Eosinophilia and progression to active tuberculosis in HIV-1-infected Ugandans.
Elliott AM., Kyosiimire J., Quigley MA., Nakiyingi J., Watera C., Brown M., Joseph S., French N., Gilks CF., Whitworth JA.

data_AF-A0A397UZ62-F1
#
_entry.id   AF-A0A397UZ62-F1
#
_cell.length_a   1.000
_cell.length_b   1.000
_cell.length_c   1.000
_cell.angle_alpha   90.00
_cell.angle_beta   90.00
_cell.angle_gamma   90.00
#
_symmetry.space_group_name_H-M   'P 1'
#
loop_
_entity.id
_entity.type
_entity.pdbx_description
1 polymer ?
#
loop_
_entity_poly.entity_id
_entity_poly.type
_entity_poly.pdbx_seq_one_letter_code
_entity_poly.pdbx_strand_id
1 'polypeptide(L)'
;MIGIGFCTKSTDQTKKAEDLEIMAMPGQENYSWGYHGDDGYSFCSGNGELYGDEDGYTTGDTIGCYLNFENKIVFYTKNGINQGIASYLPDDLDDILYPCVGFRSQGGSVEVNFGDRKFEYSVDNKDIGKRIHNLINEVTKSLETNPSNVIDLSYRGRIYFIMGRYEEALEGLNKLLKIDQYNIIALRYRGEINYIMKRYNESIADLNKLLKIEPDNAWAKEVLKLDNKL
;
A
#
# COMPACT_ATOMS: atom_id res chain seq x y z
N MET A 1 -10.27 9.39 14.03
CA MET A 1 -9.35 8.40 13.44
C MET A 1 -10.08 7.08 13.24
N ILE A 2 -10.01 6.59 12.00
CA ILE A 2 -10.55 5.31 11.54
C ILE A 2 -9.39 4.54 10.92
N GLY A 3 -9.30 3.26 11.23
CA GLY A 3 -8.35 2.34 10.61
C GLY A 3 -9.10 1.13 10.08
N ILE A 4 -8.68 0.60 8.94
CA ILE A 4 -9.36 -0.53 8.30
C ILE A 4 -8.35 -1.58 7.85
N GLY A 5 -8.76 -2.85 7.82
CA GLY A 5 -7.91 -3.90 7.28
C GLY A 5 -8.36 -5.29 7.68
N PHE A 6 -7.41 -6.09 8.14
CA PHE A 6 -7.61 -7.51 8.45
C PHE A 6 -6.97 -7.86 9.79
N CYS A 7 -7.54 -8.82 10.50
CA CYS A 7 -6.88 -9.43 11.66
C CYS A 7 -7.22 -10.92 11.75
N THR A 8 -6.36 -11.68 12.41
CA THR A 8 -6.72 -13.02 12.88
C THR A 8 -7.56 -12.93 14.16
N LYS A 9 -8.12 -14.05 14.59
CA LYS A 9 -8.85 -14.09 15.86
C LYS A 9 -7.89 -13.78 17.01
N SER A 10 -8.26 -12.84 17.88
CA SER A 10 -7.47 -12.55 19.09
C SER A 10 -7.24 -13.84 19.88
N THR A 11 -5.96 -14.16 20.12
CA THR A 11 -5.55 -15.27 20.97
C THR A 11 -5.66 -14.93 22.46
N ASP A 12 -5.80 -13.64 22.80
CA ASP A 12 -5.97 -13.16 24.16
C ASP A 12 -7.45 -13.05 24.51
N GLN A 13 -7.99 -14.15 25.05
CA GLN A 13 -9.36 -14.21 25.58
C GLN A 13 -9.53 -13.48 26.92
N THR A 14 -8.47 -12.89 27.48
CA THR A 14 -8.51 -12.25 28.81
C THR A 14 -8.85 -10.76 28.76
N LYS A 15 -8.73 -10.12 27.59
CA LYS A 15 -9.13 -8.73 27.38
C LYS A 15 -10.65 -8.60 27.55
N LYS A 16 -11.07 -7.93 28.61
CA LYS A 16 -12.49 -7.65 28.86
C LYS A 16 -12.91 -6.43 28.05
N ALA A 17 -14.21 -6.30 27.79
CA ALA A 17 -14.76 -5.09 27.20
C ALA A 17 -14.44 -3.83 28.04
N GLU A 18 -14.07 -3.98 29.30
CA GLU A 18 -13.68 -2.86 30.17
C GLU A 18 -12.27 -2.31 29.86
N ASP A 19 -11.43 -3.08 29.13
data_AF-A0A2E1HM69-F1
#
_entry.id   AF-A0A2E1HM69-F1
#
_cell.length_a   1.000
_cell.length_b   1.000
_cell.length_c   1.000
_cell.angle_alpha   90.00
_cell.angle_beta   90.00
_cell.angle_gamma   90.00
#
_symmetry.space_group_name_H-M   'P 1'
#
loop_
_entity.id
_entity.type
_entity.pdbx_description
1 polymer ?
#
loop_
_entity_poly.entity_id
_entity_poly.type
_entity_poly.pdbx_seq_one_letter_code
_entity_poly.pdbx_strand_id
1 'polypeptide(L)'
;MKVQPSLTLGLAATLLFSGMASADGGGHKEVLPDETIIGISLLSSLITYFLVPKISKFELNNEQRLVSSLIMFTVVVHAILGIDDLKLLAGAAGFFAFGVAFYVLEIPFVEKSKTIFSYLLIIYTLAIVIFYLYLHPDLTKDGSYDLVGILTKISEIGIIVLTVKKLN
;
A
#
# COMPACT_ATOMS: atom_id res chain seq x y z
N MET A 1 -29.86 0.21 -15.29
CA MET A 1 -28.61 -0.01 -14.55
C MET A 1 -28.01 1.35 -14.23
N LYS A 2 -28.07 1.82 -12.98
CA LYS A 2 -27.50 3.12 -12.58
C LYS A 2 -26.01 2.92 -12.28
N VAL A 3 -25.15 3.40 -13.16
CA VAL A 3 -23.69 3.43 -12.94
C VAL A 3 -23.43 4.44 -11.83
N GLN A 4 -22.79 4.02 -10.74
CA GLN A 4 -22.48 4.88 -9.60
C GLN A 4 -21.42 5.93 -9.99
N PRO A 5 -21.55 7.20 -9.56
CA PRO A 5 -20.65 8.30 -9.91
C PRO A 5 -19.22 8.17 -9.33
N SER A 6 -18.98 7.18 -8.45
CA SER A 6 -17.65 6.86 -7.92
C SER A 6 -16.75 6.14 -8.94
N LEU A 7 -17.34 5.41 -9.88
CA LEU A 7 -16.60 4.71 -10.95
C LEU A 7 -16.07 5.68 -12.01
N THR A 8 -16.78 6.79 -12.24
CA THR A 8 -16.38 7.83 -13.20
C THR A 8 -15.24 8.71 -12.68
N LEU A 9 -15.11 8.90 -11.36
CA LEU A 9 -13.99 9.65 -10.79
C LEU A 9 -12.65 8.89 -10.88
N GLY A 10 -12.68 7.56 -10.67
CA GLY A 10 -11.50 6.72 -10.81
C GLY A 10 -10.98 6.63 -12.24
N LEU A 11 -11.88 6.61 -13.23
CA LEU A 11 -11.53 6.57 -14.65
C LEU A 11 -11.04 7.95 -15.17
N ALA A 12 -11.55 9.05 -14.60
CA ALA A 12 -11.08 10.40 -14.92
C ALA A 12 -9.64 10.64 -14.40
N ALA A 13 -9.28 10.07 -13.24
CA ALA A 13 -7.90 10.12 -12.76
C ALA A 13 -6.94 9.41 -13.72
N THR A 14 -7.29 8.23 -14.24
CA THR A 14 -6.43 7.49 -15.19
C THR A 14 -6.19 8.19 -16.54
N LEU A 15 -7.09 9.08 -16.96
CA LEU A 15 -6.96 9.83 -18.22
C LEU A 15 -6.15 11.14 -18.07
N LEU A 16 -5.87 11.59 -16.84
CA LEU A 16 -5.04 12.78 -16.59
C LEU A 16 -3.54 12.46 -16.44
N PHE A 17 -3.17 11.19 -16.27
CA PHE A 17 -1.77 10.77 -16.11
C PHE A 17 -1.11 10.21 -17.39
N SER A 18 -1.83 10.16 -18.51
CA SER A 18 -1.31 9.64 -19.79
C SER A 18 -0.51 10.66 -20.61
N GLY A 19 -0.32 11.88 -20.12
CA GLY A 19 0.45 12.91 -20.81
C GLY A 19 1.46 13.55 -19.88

It has been suggested that type 1 immune responses protect against tuberculosis (TB), while type 2 responses, such as those induced by helminths, may suppress protective responses and increase susceptibility to TB. Factors associated with progression to active TB were investigated in a cohort of HIV-1-infected Ugandan adults, a group at high risk of TB. High rates of subsequent progression to active TB were associated with eosinophil counts > or = 0.4 x 10(9)/L at enrolment. Eosinophilia at enrolment was associated with male gender, low socio-economic status, high CD4+ T cell counts, and schistosomiasis, but adjusting for these factors did not explain the association of eosinophilia with progression to active TB (adjusted rate ratio = 2.76, P = 0.004). Eosinophilia is most likely to be indicative of a type 2 immune response induced by helminth infection in this Ugandan cohort, but the mechanism of the observed association between eosinophilia and risk of TB remains to be determined.